(Reporting by Terril Yue Jones; Editing by Kim Coghill)
ANCHORAGE, AlaskaÂ (AP) â€” A derelict Japanese ship dislodged by last year's massive tsunami was drifting towardÂ AlaskaÂ Monday, the U.S.Â Coast GuardÂ said.
The shrimping vessel was floating slowly northwest in theÂ Gulf of AlaskaÂ about 125 miles west of the nearest point of land â€” Forrester Island outside the Dixon Entrance, a maritime transportation corridor separating U.S. and Canada jurisdictions. The ship is heading in the direction of the southeast Alaska town of Sitka 170 miles to the north, traveling at about one mile per hour, Coast Guard spokesmanDavid MosleyÂ said.
There are no immediate concerns regarding the community of about 9,000, however. Mosley said the town is just a reference point at this time and that currents could always change."Our main concern is maritime traffic," he said. "We're trying to minimize any safety concerns, alerting vessels. We don't want any vessels to run into it."
A Coast Guard C-130 was heading to the ship Monday to pinpoint the exact location and check if a data buoy was successfully dropped on it Saturday.The vessel has been adrift since it was launched by the tsunami caused by the magnitude-9.0 earthquake that struck Japan last year. About 5 million tons of debris were swept into the ocean by the tsunami. The ship has been identified as coming from Hokkaido, Japan. Beside boat traffic, another concern is the ship's impact on the maritime environment after floating at sea more than a year. What's on board is unknown. Also unknown is whether the ship is carrying fuel. The vessel, named Ryou-Un Maru, is believed to be 150 to 200 feet long, according to Mosley. Officials are studying various options on how to deal with the ship, including scuttling it at sea or towing it to land. The Japan earthquake triggered the world's worst nuclear crisis since the Chernobyl accident in 1986, but Alaska state health and environmental officials have said there's little need to be worried that debris landing on Alaska shores will be contaminated by radiation. They have been working with federal counterparts to gauge the danger of debris including material affected by a damaged nuclear power plant, to see if Alaska residents, seafood or wild game could be affected. In January, a half dozen large buoys suspected to be from Japanese oyster farms appeared at the top of Alaska's panhandle and may be among the first debris from the tsunami.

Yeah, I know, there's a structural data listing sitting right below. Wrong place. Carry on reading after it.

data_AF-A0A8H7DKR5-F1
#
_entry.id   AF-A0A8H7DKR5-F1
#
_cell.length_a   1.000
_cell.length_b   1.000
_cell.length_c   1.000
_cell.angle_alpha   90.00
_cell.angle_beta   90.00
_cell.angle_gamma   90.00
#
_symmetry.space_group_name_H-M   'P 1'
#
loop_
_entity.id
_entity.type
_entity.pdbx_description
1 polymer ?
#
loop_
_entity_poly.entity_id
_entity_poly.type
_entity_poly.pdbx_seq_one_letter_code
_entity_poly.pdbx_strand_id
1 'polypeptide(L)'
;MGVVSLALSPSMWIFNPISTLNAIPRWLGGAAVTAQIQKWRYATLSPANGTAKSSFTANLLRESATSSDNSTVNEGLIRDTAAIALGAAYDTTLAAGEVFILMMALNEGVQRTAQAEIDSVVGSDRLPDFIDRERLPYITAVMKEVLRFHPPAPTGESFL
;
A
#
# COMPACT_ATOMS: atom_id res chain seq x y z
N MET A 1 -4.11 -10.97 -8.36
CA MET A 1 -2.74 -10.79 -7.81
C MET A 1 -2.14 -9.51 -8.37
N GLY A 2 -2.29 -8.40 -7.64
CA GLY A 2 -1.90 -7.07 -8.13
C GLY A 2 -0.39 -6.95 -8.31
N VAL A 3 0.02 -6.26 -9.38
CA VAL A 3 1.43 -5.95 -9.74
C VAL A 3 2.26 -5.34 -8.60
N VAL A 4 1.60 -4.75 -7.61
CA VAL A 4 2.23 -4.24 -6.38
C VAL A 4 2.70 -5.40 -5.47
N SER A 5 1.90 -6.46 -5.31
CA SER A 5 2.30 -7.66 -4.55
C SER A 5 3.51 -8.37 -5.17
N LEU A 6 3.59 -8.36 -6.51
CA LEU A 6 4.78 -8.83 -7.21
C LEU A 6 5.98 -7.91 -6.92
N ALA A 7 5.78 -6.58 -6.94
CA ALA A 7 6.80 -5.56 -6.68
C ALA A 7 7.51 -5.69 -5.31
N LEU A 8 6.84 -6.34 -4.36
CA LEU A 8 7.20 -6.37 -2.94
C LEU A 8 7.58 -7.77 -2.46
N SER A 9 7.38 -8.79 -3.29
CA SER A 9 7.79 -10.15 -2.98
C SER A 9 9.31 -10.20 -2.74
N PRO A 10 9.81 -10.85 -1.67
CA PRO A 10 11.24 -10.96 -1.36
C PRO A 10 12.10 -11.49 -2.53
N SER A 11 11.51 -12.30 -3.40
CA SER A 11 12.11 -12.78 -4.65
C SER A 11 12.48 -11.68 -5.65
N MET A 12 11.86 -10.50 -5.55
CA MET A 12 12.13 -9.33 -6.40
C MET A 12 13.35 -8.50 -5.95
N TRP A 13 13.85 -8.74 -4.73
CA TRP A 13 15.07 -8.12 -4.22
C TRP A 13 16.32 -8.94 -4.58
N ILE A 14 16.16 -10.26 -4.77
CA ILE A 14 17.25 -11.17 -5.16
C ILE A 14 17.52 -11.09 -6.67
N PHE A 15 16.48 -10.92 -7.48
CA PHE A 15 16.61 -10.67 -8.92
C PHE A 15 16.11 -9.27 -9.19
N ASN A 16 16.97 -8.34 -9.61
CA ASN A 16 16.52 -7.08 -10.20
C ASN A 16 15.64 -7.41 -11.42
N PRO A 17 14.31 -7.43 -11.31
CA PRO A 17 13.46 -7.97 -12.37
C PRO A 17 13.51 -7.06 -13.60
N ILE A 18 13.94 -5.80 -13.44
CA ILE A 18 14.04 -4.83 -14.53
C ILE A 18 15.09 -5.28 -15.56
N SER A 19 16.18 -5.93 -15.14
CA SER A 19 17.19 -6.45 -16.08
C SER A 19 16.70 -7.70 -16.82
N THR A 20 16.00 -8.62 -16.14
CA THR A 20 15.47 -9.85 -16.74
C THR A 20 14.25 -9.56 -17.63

The United States needs to hurry up and prepare for debris from the tsunami, U.S. Sens.Â Mark BegichÂ of Alaska and Maria Cantwell of Washington state said last week in Seattle, before the ship crossed into U.S. waters from the coast of Canada. The Democratic senators said they're seeking three things from the federal government, including emergency research money to better understand where the debris is going and how much can be expected on U.S. shores.At the time, Begich said he was worried the derelict vessel might end up in Alaska waters.
"My understanding is they know the owner and he has indicated they don't want it," Begich said Friday. "Neither do we."
Begich was not available for comment Monday. His spokeswoman, Julie Hasquet, repeated his call for a plan and funding as a necessity.
"The rapid pace at which events are changing and debris is moving only underscores that need," she said.